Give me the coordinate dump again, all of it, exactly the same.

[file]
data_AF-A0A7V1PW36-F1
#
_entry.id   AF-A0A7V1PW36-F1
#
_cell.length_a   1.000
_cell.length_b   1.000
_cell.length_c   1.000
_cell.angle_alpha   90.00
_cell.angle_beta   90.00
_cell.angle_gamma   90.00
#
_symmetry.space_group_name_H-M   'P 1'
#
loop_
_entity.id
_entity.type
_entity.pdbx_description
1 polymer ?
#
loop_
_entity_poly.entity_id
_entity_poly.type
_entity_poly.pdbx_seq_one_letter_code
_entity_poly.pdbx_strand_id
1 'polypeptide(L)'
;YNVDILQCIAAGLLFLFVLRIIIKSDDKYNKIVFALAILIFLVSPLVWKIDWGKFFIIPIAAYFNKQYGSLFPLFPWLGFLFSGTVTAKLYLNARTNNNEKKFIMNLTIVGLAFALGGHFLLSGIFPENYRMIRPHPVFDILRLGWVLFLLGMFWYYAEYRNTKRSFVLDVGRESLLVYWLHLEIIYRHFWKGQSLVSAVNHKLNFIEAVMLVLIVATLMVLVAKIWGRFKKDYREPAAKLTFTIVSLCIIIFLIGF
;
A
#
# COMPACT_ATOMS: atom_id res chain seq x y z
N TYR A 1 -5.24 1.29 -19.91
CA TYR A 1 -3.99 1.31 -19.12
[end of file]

data_AF-A0A7V1PW36-F1
#
_entry.id   AF-A0A7V1PW36-F1
#
_cell.length_a   1.000
_cell.length_b   1.000
_cell.length_c   1.000
_cell.angle_alpha   90.00
_cell.angle_beta   90.00
_cell.angle_gamma   90.00
#
_symmetry.space_group_name_H-M   'P 1'
#
loop_
_entity.id
_entity.type
_entity.pdbx_description
1 polymer ?
#
loop_
_entity_poly.entity_id
_entity_poly.type
_entity_poly.pdbx_seq_one_letter_code
_entity_poly.pdbx_strand_id
1 'polypeptide(L)'
;YNVDILQCIAAGLLFLFVLRIIIKSDDKYNKIVFALAILIFLVSPLVWKIDWGKFFIIPIAAYFNKQYGSLFPLFPWLGFLFSGTVTAKLYLNARTNNNEKKFIMNLTIVGLAFALGGHFLLSGIFPENYRMIRPHPVFDILRLGWVLFLLGMFWYYAEYRNTKRSFVLDVGRESLLVYWLHLEIIYRHFWKGQSLVSAVNHKLNFIEAVMLVLIVATLMVLVAKIWGRFKKDYREPAAKLTFTIVSLCIIIFLIGF
;
A
#
# COMPACT_ATOMS: atom_id res chain seq x y z
N TYR A 1 -5.24 1.29 -19.91
CA TYR A 1 -3.99 1.31 -19.12